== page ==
June 5, 2017

The Beginner's Guide to Community Building

A roundup of links and guides for thinking about and building communities online.

This morning, fresh off a call with a client who’s building a new online community from scratch I wanted to find a good “beginner’s guide to community” or similar. I tweeted out this:

The responses were frankly amazing. I think I struck a vein somehow? Below is a roundup of all the amazing and fascinating links I received:

The community canvas

What is the Community Canvas? It is a framework that will help you build a community, analyze a community or improve an existing community.

With guides, worksheets, a visual summary and a full 61-page guidebook this looks about as close to the “ultimate guide” that I’ve seen.


Rich Millington of Feverbee has been writing and thinking about communities for a looong time and he’s got some gems.

The ultimate guide to building an online community from 2013 looks like a comprehensive resource:

And, his strategic community management piece looks very exec friendly too:

Tired of chasing elusive higher engagement metrics? Struggling to prioritize your work? Not sure what to measure or what will have the biggest impact? This comprehensive guide to community strategy will help you understand and approach your community strategically.

CMXhub Community Canvas

Another canvas (what’s with all the community canvases? just alliteration?). This is pretty high level but again, another useful exec friendly one page format:

The Community Strategy Canvas is laid out in three levels: Alignment is where you think high-level about why your community exists, what the goals are, who members are, and the culture you’ll create. Development is where you plan out how you will actually build and measure your community. Management is the infrastructure that creates an environment for your community team to succeed within your organization.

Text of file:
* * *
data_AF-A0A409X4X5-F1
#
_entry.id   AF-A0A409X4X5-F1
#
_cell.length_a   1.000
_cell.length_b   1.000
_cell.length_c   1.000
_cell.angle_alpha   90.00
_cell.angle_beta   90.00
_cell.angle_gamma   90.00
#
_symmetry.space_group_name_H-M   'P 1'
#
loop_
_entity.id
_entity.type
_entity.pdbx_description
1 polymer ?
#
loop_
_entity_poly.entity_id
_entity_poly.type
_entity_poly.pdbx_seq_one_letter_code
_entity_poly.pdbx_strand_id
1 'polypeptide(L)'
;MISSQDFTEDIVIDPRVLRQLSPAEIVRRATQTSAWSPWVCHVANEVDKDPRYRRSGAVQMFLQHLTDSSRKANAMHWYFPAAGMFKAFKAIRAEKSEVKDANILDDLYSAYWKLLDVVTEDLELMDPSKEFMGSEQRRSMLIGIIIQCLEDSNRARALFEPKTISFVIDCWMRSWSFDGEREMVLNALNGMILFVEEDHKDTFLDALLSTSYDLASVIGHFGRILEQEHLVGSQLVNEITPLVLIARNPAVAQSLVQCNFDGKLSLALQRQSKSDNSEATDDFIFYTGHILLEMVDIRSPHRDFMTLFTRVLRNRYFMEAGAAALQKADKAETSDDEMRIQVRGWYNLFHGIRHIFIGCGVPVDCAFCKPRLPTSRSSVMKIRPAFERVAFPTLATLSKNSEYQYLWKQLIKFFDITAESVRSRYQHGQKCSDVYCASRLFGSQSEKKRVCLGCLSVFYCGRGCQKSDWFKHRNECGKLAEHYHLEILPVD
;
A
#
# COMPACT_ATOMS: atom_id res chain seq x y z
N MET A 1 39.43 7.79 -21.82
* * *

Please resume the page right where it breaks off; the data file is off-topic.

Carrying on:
And, if that’s too entry level for you, the founder of CMXhub, David Spinks, stopped by to share this on the psychological sense of community:

In 1974, psychologist Seymour Sarason’s seminal book introduced the concept of “psychological sense of community,” and proposed that it become the conceptual center for the psychology of community, asserting that psychological sense of community “is one of the major bases for self-definition”

147 PDF from Genuinely

Wow. If you’re really looking to sink your teeth into something the completely comprehensive and detailed guide from Mack at Genuinely is 147 pages and appears to be super useful:

The Truly Monumental Guide to Building Online Communities is for companies who want to build an engaged audience around their brand. It’s for companies who are just starting out and want to build that community of lifelong customers, and it’s also for companies who already have communities but are looking to serve them better and improve their own business in the process.

As you work through this guide, know that there’s more than one way of doing this community building stuff. We’ve provided our suggestion for a process that has been incredibly powerful for us and our clients. Our hope is that you’ll add your wisdom and your experiences and make the process your own. In the end, our intention is to teach you how to effectively build community and also to move your company forward.

Edouard’s sprawling notes on Learning Garden

Ed was kind enough to share three sprawling deep webs of links he’s curated around online learning and communities. If you’re looking to get nerdy and deep I think there’s tons here (disclaimer I’ve not read half of this yet!)


How could we talk about online communities without referencing stackoverflow and Joel Spolsky? Here, a video linked to by @firstconversion which is perhaps more story driven than “how-to”. And, I’m sure I could link to hundreds of more links from Joel….

Joel Spolsky - Cultural Anthropology of Stack Exchange (video)

Hopefully this sparks some interesting discussions and thinking. Thanks to everyone on Twitter who stopped by to help share resources! If you have more interesting links to share please leave them in the comments below:

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This post was written by Tom Critchlow - blogger and independent consultant. Subscribe to join my occassional newsletter: